African American Poetry (1870-1928): A Digital Anthology

Benjamin Griffith Brawley, "The Peon's Child" (1905)


     Out in the acres underneath the sun, 
 The full-blown cotton, after months of rain, 
 Breaks from the boll and longs to kiss the ground. 
 Wearied with pain and blinded by the dust, 
 A child plods slowly down the long white rows, 
 A sack hung on his back, and in his eyes 
 The press and greed of ages and the world, 
 But evermore within his heart a hope, 
 And on his lips a trill and snatch of song. 

     What knows this child of how to give and take, 
 Of syntax or of places on the map? 
 What does he think of Isaac Newton's law; 
 What does he care for Shakspere and the light? 
 How can he measure in the after-years 
 The scale of justice or be held for sin? 
 Around him in God's glory and the light
 A passionate bird hurls its defiant soul 
 Forth to the clouds in mocking of the blue;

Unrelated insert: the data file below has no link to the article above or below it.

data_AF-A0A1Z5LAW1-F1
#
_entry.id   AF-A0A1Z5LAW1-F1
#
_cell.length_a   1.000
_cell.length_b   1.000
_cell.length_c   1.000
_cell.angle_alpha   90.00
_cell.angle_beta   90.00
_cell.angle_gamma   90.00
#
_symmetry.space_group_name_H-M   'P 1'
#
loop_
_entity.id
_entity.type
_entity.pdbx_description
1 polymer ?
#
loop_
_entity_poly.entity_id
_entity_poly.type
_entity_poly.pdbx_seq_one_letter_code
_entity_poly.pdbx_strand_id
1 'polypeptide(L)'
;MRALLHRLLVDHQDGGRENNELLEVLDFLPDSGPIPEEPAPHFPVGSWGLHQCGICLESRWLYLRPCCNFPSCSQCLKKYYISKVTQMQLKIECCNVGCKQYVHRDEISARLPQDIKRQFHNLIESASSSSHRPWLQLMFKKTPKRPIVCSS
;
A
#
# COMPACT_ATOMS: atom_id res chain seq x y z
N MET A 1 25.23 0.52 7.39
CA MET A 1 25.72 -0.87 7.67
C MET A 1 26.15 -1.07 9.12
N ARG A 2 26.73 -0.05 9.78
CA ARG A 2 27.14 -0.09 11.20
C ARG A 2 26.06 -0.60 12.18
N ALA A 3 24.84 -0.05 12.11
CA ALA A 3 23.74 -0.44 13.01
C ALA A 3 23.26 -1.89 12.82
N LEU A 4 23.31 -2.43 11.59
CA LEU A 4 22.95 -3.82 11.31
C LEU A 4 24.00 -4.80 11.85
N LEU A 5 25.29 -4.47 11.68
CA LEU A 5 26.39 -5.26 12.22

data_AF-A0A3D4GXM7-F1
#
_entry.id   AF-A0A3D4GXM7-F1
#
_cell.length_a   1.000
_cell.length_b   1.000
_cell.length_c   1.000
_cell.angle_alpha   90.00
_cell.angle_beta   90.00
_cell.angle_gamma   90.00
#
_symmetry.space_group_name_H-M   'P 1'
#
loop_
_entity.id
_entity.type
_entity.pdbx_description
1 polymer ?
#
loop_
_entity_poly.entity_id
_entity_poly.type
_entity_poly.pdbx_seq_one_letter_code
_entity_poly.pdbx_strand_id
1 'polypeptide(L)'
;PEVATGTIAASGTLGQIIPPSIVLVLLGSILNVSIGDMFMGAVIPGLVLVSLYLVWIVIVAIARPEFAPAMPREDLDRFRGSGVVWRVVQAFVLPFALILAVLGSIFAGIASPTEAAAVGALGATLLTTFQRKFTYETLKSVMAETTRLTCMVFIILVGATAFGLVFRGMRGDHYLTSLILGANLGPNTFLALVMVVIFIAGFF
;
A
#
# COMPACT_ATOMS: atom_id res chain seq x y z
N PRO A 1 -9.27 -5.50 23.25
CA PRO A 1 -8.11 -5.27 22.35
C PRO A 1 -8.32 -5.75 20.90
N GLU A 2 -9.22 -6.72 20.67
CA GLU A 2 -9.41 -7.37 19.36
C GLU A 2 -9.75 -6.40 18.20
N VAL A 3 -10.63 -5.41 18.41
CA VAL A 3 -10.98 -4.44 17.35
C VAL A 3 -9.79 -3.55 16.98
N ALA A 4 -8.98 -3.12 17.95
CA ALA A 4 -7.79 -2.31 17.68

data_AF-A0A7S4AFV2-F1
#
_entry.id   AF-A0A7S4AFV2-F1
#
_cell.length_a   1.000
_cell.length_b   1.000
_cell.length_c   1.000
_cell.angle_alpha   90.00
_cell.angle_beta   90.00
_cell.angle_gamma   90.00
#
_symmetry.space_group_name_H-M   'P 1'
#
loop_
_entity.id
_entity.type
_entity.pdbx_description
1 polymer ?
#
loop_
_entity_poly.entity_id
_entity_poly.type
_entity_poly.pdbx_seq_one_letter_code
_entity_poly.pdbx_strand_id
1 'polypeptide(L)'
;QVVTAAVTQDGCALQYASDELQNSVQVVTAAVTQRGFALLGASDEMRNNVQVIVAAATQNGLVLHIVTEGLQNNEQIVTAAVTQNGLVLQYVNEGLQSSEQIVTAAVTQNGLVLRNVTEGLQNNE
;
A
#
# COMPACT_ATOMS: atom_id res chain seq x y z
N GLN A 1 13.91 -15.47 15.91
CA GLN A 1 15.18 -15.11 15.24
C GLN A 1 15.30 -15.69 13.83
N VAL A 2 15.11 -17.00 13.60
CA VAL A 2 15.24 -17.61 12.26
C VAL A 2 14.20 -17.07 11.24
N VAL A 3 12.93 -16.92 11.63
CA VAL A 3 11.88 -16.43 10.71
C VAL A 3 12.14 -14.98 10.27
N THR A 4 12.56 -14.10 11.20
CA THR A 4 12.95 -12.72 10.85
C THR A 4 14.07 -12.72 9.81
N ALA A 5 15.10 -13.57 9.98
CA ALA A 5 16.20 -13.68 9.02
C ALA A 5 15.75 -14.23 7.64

But what is this to him whom in the years 
 A long, long wilderness of white awaits? 
 Around him sings the silence of the dawn, 
 Above him all the symphonies of heaven; 
 But what to him the glory or the gleam, 
 What means the music of the spheres to him? 

     Ye men who own the cotton-fields and plains, 
 Who run the whirring factories and the mills, 
 Weaving your wealth of heart-strings and of tears, 
 What is the heritage ye give this child? 
 What will ye say in that hereafter day, 
 When far beyond the working of the world, 
 Within the circuit of a righteous judge, 
 He greets you in the thunder-clouds of heaven?

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